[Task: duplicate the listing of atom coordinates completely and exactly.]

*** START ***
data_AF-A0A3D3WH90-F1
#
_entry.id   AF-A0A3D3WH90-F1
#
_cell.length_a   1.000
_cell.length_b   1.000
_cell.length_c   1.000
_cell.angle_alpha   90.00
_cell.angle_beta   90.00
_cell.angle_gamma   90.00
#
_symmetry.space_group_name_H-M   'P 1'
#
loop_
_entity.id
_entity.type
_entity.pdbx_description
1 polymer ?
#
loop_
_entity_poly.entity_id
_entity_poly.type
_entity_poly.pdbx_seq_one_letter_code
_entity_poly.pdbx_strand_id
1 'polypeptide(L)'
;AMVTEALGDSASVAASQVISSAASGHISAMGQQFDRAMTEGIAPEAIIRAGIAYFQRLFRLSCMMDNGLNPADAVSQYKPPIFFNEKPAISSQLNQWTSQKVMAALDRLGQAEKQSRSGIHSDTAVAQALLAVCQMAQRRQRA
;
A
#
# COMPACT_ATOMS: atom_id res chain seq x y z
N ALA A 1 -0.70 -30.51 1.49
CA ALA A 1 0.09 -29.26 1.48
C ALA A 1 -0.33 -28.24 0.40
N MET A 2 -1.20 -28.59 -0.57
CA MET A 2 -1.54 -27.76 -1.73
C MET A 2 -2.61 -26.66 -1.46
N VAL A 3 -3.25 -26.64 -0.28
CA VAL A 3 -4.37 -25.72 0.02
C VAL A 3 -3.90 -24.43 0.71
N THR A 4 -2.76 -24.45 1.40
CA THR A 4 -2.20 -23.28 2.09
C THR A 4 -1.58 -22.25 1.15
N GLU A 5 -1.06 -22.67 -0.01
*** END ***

data_AF-A0A3D3WH90-F1
#
_entry.id   AF-A0A3D3WH90-F1
#
_cell.length_a   1.000
_cell.length_b   1.000
_cell.length_c   1.000
_cell.angle_alpha   90.00
_cell.angle_beta   90.00
_cell.angle_gamma   90.00
#
_symmetry.space_group_name_H-M   'P 1'
#
loop_
_entity.id
_entity.type
_entity.pdbx_description
1 polymer ?
#
loop_
_entity_poly.entity_id
_entity_poly.type
_entity_poly.pdbx_seq_one_letter_code
_entity_poly.pdbx_strand_id
1 'polypeptide(L)'
;AMVTEALGDSASVAASQVISSAASGHISAMGQQFDRAMTEGIAPEAIIRAGIAYFQRLFRLSCMMDNGLNPADAVSQYKPPIFFNEKPAISSQLNQWTSQKVMAALDRLGQAEKQSRSGIHSDTAVAQALLAVCQMAQRRQRA
;
A
#
# COMPACT_ATOMS: atom_id res chain seq x y z
N ALA A 1 -0.70 -30.51 1.49
CA ALA A 1 0.09 -29.26 1.48
C ALA A 1 -0.33 -28.24 0.40
N MET A 2 -1.20 -28.59 -0.57
CA MET A 2 -1.54 -27.76 -1.73
C MET A 2 -2.61 -26.66 -1.46
N VAL A 3 -3.25 -26.64 -0.28
CA VAL A 3 -4.37 -25.72 0.02
C VAL A 3 -3.90 -24.43 0.71
N THR A 4 -2.76 -24.45 1.40
CA THR A 4 -2.20 -23.28 2.09
C THR A 4 -1.58 -22.25 1.15
N GLU A 5 -1.06 -22.67 -0.01